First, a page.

Apart from this bug, I am not yet able to tell whether auto whitelisting is desirable or not. I am currently keeping it disabled both for my personal spamassassin and for the centralised one I installed.

    Has a small printout bug. This is a correct printf statement. Edit the program and substitute the printf statement.
         printf "% 8.1f %15s  --  %s\n",$t/$v,(sprintf "(%.1f/%d)",$t/$v,$v),$key;
    Meta rules
    What the manual does not say is that a meta rule can only depend on non-meta rules.
    Spam phrases
    Mail::SpamAssassin::PhraseFreqs::_check_phrase_freqs does its search on the Subject and body of the message. First it keeps only English alphabetical characters, everything else is taken as a word delimiter. Then it downcases everything. Then it deletes all words of length one and two, plus "and" and "the". Then it checks for every pair of consecutive words and adds the score for each pair found in the spamphrase list. The total sum is divided by spamphrase_highest_score, then divided by 10, then normalized to a message 200 words long: if the number of words examined is greater than 200, the total sum is divided by (number of words / 200).
    Dialup codes man page
    Here is the relevant man page section formatted in a readable way. Notice that there are very long lines in comments.
    dialup_codes { "domain1" => "127.0.x.y", "domain2" => "127.0.a.b"
    { "" => "", # For DUL + other codes, we ignore that it's on DUL
      "" => "",
      "" => "" };
    WARNING!!! When passing a reference to a hash, you need
    to put the whole hash in one line for the parser to read
    it correctly (you can check with "spamassassin -D <
    Set this to what your RBLs return for dialup IPs It is
    used by dialup-firsthop and relay-firsthop rules so that
    you can match DUL codes and compensate DUL checks with a
    negative score if the IP is a dialup IP the mail
    originated from and it was properly relayed by a hop
    before reaching you (hopefully not your secondary MX :-)
    The trailing "-firsthop" is magic, it's what triggers
    the RBL to only be run on the originating hop The idea
    is to not penalize (or penalize less) people who
    properly relayed through their ISP's mail server
    Here's an example showing the use of Osirusoft and MAPS
    DUL, as well as the use of check_two_rbl_results to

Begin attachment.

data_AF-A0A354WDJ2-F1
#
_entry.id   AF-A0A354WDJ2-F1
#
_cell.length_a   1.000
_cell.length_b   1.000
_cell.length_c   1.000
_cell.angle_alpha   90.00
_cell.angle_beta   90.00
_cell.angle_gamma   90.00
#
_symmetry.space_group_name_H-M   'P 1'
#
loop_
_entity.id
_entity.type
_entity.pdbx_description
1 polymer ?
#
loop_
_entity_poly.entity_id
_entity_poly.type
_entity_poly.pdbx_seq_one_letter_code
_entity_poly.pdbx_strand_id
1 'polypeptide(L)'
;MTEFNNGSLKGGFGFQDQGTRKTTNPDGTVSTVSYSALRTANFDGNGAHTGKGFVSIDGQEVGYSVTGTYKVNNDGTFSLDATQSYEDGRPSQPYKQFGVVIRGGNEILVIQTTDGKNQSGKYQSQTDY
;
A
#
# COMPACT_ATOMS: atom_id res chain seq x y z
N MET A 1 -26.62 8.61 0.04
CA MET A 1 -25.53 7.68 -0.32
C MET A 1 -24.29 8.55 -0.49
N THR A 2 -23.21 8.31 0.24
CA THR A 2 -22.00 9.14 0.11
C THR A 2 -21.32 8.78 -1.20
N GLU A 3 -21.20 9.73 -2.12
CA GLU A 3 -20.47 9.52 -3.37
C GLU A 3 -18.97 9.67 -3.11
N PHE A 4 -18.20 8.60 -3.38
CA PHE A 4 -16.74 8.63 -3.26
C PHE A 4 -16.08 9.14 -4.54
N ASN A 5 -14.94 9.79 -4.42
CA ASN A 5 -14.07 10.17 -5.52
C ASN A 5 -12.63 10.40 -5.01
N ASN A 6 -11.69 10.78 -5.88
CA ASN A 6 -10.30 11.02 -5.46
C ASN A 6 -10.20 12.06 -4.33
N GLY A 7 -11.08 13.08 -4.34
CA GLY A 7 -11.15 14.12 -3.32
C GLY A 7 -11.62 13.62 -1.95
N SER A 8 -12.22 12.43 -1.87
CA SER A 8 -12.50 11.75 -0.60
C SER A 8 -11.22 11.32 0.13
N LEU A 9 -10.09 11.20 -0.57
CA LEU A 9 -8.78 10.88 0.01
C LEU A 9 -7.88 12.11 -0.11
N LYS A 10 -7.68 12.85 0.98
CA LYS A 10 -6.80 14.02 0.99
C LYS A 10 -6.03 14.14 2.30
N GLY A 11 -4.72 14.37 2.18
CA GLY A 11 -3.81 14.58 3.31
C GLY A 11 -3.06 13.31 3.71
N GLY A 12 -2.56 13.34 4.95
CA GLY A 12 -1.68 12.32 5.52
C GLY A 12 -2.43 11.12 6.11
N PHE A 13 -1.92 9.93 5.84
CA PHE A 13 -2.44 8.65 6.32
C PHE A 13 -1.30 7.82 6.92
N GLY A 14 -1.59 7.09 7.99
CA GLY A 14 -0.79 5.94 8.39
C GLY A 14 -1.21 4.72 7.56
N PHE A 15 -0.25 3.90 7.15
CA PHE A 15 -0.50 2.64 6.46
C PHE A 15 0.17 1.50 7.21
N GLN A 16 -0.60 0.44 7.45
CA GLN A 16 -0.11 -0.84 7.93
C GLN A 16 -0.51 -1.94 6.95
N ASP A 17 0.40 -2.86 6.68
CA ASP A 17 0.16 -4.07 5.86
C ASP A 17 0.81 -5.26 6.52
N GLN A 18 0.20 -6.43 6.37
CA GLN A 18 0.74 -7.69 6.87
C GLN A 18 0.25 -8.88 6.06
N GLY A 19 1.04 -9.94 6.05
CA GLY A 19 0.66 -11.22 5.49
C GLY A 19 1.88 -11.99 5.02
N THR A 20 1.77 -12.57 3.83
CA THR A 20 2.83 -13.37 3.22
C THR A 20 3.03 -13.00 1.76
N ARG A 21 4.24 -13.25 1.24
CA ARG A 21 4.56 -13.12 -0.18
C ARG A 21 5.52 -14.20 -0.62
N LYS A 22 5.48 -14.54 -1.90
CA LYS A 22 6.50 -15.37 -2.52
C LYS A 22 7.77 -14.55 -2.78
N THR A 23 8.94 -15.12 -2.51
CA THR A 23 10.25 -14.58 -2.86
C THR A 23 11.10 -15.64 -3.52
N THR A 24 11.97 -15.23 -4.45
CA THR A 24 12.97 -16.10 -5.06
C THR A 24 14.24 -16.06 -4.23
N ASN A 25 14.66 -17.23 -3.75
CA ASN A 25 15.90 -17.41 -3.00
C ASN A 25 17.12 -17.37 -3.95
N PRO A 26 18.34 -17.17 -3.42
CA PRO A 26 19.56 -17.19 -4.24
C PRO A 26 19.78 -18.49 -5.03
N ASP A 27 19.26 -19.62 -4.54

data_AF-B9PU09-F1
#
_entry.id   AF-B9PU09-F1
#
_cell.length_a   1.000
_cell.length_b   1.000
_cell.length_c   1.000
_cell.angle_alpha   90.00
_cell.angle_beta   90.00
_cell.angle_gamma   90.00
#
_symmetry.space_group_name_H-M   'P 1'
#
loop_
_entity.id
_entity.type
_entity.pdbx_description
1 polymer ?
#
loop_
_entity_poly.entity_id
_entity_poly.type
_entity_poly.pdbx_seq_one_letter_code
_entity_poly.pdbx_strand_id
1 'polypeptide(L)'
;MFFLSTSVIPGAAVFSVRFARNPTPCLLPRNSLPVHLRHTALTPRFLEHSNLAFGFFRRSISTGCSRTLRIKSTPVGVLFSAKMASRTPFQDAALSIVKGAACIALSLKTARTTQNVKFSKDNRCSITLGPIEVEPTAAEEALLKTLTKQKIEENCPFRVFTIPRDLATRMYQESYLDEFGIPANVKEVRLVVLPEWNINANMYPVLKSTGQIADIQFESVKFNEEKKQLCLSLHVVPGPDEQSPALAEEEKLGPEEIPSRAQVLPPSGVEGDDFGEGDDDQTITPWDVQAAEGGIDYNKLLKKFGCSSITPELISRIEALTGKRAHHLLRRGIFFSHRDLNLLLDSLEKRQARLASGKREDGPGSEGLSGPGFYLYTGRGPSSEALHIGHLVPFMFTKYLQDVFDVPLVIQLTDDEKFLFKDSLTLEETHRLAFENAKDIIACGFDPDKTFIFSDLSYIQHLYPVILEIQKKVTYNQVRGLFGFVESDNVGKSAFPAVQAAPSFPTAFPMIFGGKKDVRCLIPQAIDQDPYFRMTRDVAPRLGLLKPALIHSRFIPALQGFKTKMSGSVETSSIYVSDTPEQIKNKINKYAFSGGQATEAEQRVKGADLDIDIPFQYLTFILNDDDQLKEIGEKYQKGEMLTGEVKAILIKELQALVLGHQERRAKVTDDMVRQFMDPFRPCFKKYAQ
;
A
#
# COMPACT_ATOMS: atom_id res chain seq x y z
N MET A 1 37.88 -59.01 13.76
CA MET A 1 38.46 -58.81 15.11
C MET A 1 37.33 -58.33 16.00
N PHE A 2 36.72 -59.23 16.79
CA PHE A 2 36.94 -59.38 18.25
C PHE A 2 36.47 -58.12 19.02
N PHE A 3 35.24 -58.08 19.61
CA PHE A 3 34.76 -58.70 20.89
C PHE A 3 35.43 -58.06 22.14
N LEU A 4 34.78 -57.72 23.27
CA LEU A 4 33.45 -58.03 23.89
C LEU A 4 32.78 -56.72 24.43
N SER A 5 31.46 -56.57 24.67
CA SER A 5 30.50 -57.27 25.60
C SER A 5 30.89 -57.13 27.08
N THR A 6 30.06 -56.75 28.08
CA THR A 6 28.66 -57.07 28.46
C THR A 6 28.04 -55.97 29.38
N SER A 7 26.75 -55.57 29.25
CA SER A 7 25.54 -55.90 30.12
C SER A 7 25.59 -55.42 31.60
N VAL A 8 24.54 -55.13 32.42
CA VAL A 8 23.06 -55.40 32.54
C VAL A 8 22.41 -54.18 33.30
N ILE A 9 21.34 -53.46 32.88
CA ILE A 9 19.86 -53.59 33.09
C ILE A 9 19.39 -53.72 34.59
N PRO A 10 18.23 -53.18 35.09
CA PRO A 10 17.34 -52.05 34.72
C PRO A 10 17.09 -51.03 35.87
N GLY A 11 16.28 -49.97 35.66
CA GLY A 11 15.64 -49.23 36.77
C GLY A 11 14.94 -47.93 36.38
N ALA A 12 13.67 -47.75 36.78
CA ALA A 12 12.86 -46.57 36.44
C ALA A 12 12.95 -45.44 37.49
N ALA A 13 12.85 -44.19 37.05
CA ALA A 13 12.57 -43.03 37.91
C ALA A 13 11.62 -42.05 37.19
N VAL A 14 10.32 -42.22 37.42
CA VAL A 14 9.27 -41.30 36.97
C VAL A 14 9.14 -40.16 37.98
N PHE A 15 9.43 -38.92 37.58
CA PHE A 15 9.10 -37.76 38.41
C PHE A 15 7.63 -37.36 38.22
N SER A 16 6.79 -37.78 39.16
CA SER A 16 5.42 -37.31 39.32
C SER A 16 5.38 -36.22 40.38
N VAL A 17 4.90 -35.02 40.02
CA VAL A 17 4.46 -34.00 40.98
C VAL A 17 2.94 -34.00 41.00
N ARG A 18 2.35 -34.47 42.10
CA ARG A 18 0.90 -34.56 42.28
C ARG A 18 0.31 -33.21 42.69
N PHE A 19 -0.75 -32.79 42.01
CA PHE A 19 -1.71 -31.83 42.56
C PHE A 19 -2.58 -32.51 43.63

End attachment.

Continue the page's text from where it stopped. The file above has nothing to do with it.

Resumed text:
compensate for a match in both RBLs
    header   RCVD_IN_DUL       rbleval:check_rbl('dialup', '')
    describe RCVD_IN_DUL       Received from dialup, see
    score    RCVD_IN_DUL       4
    header   X_RCVD_IN_DUL_FH  rbleval:check_rbl('dialup-firsthop', '')
    describe X_RCVD_IN_DUL_FH  Received from first hop dialup, see
    score    X_RCVD_IN_DUL_FH  -3
    header   RCVD_IN_OSIRUSOFT_COM rbleval:check_rbl('osirusoft', '')
    describe RCVD_IN_OSIRUSOFT_COM Received via an IP flagged in
    header   X_OSIRU_SPAM_SRC  rbleval:check_rbl_results_for('osirusoft', '')
    describe X_OSIRU_SPAM_SRC  DNSBL: sender is Confirmed Spam Source, penalizing further
    score    X_OSIRU_SPAM_SRC  3.0
    header   X_OSIRU_SPAMWARE_SITE rbleval:check_rbl_results_for('osirusoft', '')
    describe X_OSIRU_SPAMWARE_SITE DNSBL: sender is a Spamware site or vendor, penalizing furthe
    score    X_OSIRU_SPAMWARE_SITE 5.0
    header   X_OSIRU_DUL_FH    rbleval:check_rbl('osirusoft-dul-firsthop', '')
    describe X_OSIRU_DUL_FH    Received from first hop dialup listed in
    score    X_OSIRU_DUL_FH    -1.5
    header   Z_FUDGE_DUL_MAPS_OSIRU rblreseval:check_two_rbl_results('osirusoft', "", 'dialup', "")
    describe Z_FUDGE_DUL_MAPS_OSIRU Do not double penalize for MAPS DUL and Osirusoft DUL
    score    Z_FUDGE_DUL_MAPS_OSIRU -2
    header   Z_FUDGE_RELAY_OSIRU rblreseval:check_two_rbl_results('osirusoft', "", 'relay', "")
    describe Z_FUDGE_RELAY_OSIRU Do not double penalize for being an open relay on Osirusoft and another DNSBL
    score    Z_FUDGE_RELAY_OSIRU -2
    header   Z_FUDGE_DUL_OSIRU_FH rblreseval:check_two_rbl_results('osirusoft-dul-firsthop', "", 'dialup-firsthop', "")
    describe Z_FUDGE_DUL_OSIRU_FH Do not double compensate for MAPS DUL and Osirusoft DUL first hop dialup
    score    Z_FUDGE_DUL_OSIRU_FH 1.5